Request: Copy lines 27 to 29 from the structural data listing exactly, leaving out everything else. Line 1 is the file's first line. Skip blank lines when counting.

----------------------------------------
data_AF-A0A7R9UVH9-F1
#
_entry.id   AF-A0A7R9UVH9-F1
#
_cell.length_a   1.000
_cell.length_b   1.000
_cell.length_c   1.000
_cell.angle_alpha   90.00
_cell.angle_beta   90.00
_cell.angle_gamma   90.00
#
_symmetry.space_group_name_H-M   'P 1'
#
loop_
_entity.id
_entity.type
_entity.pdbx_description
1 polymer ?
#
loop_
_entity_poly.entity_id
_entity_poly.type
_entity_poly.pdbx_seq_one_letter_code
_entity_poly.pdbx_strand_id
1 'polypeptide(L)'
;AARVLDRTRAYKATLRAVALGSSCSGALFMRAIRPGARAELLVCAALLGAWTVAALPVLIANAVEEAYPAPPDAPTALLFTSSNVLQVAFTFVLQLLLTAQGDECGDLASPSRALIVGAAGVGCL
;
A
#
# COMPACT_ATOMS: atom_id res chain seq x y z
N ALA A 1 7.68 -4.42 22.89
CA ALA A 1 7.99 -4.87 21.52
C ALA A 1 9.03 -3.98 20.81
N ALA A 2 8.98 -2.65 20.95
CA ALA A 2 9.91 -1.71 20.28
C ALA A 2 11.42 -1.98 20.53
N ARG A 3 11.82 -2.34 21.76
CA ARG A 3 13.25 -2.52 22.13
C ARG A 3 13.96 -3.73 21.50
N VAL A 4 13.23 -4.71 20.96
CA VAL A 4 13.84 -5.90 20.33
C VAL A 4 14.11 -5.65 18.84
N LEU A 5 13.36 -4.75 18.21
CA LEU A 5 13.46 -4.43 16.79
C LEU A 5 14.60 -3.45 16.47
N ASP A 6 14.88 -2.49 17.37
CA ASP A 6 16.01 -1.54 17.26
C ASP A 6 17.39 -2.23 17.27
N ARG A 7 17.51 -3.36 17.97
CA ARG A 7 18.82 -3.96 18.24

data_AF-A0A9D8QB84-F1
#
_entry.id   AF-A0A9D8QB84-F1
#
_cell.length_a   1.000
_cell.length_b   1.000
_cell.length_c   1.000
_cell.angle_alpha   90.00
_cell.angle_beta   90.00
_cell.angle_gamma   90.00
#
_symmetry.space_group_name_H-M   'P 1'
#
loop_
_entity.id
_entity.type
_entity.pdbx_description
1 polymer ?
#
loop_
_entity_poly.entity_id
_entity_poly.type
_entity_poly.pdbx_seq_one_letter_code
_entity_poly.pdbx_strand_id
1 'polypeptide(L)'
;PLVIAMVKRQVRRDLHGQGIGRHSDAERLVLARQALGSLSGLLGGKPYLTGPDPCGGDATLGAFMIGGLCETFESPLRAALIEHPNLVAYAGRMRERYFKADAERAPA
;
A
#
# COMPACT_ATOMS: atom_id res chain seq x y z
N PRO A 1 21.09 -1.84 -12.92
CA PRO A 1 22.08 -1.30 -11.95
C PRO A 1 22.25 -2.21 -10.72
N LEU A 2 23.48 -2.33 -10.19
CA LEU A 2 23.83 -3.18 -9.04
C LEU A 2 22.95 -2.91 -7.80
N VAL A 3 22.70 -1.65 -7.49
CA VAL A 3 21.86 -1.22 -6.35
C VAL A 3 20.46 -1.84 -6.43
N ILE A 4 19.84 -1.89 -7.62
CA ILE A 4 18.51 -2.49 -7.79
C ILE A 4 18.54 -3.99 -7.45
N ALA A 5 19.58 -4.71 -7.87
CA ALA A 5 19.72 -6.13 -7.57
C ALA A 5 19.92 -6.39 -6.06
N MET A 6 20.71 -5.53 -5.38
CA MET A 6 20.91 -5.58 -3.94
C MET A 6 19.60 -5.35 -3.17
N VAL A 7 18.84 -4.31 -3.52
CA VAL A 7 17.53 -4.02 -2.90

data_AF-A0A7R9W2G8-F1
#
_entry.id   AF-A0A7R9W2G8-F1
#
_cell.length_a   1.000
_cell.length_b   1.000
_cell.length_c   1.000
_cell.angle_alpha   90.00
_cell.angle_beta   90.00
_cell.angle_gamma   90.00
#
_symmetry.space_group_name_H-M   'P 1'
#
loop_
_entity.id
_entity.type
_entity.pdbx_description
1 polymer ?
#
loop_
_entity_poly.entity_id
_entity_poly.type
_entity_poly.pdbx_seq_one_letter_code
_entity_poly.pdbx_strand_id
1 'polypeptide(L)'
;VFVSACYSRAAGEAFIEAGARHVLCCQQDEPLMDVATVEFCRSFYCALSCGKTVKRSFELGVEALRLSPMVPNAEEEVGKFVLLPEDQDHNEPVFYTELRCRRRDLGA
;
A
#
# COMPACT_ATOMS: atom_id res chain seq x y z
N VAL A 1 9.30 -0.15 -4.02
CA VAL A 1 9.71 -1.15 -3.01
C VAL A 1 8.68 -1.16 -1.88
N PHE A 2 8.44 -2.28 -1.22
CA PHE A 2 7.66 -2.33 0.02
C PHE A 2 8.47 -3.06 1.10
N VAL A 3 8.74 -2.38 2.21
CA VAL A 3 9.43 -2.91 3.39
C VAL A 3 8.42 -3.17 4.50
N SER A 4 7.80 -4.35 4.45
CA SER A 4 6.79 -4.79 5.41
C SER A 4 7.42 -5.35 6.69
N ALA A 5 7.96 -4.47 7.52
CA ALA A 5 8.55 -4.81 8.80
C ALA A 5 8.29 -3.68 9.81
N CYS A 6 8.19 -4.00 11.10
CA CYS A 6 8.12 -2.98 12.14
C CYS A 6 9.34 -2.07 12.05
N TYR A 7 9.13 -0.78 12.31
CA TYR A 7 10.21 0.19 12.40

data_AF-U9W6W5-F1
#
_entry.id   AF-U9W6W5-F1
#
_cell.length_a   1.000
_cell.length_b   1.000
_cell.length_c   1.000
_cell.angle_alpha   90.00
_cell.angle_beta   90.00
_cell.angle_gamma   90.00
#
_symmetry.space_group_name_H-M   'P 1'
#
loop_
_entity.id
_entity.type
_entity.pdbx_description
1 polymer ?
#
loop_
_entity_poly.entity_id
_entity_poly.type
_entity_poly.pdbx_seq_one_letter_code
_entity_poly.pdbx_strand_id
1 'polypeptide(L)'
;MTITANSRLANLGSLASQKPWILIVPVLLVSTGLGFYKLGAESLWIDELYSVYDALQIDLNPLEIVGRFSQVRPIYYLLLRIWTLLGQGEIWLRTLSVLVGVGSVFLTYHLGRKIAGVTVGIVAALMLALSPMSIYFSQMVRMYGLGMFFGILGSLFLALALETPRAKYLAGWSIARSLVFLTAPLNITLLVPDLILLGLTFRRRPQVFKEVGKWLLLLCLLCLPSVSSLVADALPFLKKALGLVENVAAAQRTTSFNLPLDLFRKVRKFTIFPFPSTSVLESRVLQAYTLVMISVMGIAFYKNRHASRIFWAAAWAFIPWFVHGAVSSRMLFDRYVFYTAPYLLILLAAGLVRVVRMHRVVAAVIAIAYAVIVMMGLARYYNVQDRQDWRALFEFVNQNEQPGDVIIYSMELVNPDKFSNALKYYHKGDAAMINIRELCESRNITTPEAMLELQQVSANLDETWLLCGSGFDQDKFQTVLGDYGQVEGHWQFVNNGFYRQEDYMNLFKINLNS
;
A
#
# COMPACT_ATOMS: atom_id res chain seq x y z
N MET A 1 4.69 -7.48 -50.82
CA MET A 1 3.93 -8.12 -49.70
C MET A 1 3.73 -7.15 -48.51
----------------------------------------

;
A
#